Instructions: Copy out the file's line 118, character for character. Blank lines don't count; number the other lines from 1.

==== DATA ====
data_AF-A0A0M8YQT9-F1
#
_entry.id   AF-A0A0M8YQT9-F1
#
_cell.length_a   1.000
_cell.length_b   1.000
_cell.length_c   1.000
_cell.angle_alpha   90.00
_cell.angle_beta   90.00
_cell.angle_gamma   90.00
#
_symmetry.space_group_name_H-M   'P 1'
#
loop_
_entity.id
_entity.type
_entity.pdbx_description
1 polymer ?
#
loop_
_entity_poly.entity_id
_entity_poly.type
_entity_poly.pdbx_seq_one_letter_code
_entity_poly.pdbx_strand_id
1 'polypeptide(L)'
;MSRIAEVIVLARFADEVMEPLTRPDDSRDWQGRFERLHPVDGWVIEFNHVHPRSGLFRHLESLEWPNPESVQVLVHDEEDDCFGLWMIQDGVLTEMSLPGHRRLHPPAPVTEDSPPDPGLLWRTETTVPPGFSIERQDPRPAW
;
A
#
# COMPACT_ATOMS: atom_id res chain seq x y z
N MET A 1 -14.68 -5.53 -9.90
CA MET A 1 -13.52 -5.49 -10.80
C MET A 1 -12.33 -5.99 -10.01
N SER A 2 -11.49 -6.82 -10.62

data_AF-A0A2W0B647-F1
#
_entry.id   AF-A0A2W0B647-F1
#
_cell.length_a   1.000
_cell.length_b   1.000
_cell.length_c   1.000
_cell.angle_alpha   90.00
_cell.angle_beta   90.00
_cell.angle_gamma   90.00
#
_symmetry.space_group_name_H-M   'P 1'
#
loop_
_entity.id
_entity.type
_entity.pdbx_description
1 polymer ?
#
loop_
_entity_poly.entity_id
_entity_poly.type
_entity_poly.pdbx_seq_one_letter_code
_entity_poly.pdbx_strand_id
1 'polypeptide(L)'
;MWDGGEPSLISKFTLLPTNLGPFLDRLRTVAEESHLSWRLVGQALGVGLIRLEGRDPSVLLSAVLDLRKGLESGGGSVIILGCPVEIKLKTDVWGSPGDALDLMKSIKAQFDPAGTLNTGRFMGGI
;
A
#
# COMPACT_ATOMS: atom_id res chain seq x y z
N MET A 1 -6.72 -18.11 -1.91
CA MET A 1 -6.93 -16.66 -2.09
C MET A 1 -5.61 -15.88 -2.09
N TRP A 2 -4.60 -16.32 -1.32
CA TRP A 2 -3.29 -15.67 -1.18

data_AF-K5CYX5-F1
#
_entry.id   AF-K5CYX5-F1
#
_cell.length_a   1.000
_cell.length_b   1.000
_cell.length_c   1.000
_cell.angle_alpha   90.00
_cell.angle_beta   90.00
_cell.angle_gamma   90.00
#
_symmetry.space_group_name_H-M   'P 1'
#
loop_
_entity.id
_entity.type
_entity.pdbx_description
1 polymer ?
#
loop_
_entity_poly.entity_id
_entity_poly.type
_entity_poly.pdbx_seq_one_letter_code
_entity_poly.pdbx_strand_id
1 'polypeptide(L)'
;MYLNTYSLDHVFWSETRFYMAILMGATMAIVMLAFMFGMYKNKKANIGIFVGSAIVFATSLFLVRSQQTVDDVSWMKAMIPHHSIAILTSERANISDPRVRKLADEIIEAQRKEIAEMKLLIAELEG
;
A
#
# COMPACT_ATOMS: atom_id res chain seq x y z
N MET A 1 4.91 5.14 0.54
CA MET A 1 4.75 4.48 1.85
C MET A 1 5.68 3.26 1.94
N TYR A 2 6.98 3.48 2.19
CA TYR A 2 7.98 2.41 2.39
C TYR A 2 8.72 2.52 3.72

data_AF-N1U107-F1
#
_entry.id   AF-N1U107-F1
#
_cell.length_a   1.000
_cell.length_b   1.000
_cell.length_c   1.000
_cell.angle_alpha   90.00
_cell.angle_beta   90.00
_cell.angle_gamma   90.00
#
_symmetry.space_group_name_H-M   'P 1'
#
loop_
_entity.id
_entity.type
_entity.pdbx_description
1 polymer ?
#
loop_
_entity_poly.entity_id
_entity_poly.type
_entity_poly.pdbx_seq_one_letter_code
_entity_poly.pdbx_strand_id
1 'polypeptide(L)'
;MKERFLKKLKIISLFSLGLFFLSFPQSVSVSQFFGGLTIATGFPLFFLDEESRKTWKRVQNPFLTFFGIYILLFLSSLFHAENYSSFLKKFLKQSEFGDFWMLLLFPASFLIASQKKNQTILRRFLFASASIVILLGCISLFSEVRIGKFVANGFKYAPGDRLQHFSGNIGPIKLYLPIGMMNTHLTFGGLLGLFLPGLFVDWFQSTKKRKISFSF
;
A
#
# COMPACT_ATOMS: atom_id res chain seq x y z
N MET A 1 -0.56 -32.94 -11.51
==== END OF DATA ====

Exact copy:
#